Late, great Polish director Andrzej Wajda’s swan song effort, <em>Afterimage</em> is a powerful statement that has eerie implications in America, post-1-20-17.

A film festival with a well-balanced, worldly wise, and history conscious sensibility — which the SBIFF is — needs to keep its perspective near, far, and wide. In the past few days, Harold Lloyd’s 1925-vintage silent film The Freshman hit the Arlington’s big screen (with the glorious in-house theater organ in action), and the festival has wisely bowed to cinematic culture by screening the late, great Polish director Andrzej Wajda’s swan song effort, Afterimage.

For Wajda, who died last October at age 90, Afterimage was the final, impassioned, and magnificently made canvas in a remarkable, prolific, and influential life in cinema, as well as a powerful statement that has eerie implications in America, post-1-20-17. Wajda’s tribute to the avant-garde artist and theorist Wladyslaw Strzeminski, whose life unravels in the first wave of fascist rule under the USSR in the late 1940s, is essentially a portrait of an artist as an ostracized “degenerate artist,” in a nation beginning a reign of new tyranny after WWII’s ravages.

It’s a treat for the senses, as well. Aside from cinematographer Pawel Edelman’s rapturous and careful camera work, the dissonance-salted chamber music score by the late Andrzej Panufnik is clearly one of the greatest music scores of the festival so far.

In one early, stage-setting scene, we find the painter, missing a hand and a leg, working in his studio suddenly suffused in red — as an epic red banner bearing Stalin’s mug is draped over his upstairs window facing the streets. Later, a more sobering scene finds the artist stumbling amidst mannequins in a shop window where he has stooped to dressing mannequins for money. Scenes like these etch immediately into the memory and, along with the organic artistic unity of the whole piece, make for a profound farewell from a film giant. Any analogies to be made between the rights-tightening atmosphere of this tale and contemporary situations underway can be made at your leisure. Or risk?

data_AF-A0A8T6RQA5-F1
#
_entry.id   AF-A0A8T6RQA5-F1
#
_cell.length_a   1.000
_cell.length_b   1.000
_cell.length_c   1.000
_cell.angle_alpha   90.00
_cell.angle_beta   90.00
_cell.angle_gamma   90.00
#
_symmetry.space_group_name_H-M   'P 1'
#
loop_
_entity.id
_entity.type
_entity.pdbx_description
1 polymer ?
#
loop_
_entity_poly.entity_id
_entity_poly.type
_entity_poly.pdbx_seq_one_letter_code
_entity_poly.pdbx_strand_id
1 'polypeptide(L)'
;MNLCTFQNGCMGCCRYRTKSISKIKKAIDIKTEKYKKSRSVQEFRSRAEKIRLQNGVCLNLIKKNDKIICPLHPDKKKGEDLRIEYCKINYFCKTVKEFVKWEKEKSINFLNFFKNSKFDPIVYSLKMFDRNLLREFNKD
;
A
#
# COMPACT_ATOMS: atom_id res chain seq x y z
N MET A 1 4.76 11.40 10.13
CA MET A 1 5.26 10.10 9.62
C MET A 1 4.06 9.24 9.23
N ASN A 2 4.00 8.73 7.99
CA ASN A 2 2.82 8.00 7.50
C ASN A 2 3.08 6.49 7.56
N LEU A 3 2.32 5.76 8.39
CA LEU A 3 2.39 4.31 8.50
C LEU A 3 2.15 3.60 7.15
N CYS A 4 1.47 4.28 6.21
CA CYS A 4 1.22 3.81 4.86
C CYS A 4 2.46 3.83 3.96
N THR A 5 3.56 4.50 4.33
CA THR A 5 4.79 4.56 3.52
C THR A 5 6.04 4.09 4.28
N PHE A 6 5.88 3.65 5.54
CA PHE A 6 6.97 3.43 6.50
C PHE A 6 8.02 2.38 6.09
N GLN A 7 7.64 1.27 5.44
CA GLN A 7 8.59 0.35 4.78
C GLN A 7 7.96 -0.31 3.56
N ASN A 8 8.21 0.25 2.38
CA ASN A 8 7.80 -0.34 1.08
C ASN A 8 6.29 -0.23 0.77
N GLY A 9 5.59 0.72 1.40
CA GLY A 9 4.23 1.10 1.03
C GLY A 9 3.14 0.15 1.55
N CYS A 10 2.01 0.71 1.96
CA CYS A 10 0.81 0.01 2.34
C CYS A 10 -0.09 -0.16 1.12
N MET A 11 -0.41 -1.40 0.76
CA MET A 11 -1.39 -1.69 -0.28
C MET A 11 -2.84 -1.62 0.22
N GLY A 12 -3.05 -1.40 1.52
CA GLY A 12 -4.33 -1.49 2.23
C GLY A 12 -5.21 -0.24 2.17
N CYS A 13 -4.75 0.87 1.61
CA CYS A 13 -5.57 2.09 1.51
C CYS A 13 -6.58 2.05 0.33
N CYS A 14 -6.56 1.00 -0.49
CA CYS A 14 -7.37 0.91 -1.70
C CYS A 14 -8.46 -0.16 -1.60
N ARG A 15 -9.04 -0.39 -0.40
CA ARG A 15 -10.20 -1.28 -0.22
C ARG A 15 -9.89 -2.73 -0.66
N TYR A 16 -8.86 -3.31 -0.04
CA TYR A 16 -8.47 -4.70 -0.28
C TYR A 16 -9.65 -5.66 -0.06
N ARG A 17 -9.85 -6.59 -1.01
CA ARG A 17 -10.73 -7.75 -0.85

This Polish cinema encounter puts some of us SBIFF long-timers in mind of one festival, many years ago, when Krzysztof Kieślowski’s “Ten Commandments”-themed masterpiece, Decalogue, was programmed over the course of a week, with episodes each day at noon. That’s our idea of a good time at the movies.

Random Film Fest Housekeeping and Field Notes: While heading into see Welcome Home, a couple of volunteers in the friendly gauntlet at the Metro entrance greeted us with the logical, but initially surprising round of “welcome home.” It made sense, for me and a sizable posse who have called the SBIFF venues a second (or sub-primary) home for the past week.

Mahershala Ali

Closing out last night’s “Outstanding Directors” tribute at the Arlington, richly and rightfully stocked with 2017 Oscar contenders Barry (Moonlight) Jenkins, Damien (La La Land) Chazelle, Denis (Arrival) Villeneuve, and Kenneth (Manchester by the Sea) Lonergan, the long Santa Barbara-based director Paul Brickman, who helmed Risky Business and the underrated Jessica Lange-starring jewel Men Don’t Leave, appeared for trophy supplying duty. He made a salient point about the artists gathered on this stage: “In this corporate world of ours, these were fierce personal visions.” True that. This distinguished collection of Oscar-dusted films is one cause for celebration as an American, and make perfect sense as projects to be toasted at a film festival. There is hope yet for Hollywood.

What to See File: Of the films on today’s (Wednesday’s) docket, I can recommend: Afterimage, The Distinguished Citizen, Codename Holec, The Fury of a Patient Man, and a qualified thumbs up for Welcome Home, a Belgian film about two wayward youths heading for a life in crime, but how deeply? How irredeemably? In the ambiguous balance hangs a tale less reckless or morally rudderless than it sometimes seems on the surface.


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